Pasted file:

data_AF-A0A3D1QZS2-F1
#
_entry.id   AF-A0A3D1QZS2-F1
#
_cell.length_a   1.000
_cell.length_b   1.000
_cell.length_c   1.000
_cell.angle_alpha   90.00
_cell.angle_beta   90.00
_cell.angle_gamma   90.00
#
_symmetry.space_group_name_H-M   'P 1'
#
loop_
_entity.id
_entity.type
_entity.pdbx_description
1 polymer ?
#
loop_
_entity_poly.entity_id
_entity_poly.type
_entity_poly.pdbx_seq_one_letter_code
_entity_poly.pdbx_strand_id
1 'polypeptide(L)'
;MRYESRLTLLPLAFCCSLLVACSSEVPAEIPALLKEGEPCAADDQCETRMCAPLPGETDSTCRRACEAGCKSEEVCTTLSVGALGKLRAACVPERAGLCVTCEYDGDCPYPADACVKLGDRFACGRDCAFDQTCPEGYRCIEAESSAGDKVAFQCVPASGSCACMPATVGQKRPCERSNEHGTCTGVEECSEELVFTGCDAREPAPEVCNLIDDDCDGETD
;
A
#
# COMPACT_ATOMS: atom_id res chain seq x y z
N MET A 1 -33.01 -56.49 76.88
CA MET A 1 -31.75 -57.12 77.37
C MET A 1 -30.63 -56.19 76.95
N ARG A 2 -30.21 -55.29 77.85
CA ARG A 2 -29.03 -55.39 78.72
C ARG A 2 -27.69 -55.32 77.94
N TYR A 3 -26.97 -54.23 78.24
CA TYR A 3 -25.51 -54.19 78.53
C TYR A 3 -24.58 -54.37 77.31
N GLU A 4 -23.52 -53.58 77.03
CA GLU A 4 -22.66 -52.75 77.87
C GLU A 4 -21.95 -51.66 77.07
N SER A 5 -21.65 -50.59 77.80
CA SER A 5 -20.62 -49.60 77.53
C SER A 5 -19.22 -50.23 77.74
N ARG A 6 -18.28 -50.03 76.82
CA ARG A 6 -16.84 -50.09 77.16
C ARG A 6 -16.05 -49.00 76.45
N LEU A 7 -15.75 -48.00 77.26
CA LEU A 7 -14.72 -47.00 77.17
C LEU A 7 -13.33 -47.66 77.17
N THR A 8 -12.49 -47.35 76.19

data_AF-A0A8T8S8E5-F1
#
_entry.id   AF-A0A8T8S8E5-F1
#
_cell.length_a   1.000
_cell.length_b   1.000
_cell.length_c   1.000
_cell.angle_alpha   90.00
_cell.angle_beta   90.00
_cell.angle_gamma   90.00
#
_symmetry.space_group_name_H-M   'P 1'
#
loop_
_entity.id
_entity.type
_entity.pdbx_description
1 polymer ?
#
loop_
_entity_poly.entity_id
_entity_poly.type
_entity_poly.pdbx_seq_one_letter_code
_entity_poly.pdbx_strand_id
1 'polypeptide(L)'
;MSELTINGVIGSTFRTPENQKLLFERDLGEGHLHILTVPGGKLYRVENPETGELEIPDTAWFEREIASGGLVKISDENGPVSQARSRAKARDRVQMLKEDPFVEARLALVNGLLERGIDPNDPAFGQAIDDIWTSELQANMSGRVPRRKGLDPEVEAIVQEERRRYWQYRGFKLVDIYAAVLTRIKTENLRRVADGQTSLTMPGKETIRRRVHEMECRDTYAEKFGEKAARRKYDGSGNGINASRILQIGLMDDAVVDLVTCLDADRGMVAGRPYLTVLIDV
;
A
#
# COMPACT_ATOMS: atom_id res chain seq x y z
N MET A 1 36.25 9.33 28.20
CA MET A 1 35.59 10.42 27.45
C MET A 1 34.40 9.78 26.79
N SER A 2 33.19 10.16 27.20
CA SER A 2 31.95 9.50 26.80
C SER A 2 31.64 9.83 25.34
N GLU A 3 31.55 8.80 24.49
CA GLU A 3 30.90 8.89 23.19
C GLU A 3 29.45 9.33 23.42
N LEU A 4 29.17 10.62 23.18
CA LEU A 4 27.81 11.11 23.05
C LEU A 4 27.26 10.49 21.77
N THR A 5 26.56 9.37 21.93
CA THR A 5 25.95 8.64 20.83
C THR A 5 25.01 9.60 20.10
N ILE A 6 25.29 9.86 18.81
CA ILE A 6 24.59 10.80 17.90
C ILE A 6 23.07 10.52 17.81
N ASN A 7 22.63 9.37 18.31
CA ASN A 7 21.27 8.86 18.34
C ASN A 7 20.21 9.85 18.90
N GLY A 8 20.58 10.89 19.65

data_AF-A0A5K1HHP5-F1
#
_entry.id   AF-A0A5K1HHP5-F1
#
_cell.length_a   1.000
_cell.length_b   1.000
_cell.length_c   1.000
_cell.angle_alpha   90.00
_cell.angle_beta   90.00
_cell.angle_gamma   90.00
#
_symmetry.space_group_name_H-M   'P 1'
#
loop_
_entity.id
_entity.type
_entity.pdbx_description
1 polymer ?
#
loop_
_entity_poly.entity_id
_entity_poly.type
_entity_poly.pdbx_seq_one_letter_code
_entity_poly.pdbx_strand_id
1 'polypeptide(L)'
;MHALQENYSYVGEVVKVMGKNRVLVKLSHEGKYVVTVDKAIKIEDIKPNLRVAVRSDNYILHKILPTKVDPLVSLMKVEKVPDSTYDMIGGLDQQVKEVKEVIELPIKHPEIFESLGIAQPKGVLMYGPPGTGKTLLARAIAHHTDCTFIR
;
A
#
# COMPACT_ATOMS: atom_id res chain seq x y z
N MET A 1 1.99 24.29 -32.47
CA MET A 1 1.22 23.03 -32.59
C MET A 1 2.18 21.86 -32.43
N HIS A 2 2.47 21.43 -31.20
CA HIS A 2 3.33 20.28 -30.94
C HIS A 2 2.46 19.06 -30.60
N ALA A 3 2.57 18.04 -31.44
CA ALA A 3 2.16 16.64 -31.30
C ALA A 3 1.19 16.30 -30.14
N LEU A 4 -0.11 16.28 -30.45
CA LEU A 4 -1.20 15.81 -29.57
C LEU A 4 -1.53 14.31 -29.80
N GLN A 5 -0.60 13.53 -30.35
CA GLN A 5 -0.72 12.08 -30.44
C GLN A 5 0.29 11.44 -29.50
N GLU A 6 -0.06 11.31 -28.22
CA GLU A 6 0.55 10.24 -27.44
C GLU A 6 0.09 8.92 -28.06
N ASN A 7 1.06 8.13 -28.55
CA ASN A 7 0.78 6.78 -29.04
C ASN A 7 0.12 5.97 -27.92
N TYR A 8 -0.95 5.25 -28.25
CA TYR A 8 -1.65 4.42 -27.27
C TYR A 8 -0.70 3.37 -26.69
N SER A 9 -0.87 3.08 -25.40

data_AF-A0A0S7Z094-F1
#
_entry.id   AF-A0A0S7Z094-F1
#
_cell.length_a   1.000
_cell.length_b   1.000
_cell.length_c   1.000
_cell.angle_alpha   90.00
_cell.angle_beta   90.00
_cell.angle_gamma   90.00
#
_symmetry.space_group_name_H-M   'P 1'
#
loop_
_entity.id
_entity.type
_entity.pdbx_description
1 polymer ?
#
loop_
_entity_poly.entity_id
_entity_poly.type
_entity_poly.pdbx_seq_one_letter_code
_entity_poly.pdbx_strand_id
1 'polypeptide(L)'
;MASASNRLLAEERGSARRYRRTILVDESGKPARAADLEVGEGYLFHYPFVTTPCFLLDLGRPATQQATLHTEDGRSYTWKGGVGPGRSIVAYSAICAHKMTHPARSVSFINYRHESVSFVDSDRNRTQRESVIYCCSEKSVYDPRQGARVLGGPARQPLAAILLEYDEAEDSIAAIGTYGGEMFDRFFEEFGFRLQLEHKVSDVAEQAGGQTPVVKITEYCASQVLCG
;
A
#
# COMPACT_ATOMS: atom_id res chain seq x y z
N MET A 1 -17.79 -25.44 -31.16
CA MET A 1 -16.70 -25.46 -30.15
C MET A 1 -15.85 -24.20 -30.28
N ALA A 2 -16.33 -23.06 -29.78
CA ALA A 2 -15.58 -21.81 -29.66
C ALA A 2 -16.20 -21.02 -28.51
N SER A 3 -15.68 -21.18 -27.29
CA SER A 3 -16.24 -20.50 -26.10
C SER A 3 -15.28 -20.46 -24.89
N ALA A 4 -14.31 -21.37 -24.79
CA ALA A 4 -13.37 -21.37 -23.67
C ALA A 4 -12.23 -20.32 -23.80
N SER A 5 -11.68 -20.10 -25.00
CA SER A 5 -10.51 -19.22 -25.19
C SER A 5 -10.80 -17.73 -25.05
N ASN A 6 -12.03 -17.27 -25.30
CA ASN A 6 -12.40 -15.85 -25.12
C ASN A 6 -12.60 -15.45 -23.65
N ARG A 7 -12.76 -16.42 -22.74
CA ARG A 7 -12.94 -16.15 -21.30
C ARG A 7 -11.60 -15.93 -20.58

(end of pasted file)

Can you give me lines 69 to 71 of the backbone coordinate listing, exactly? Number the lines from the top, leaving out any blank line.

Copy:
_entity.pdbx_description
1 polymer ?
#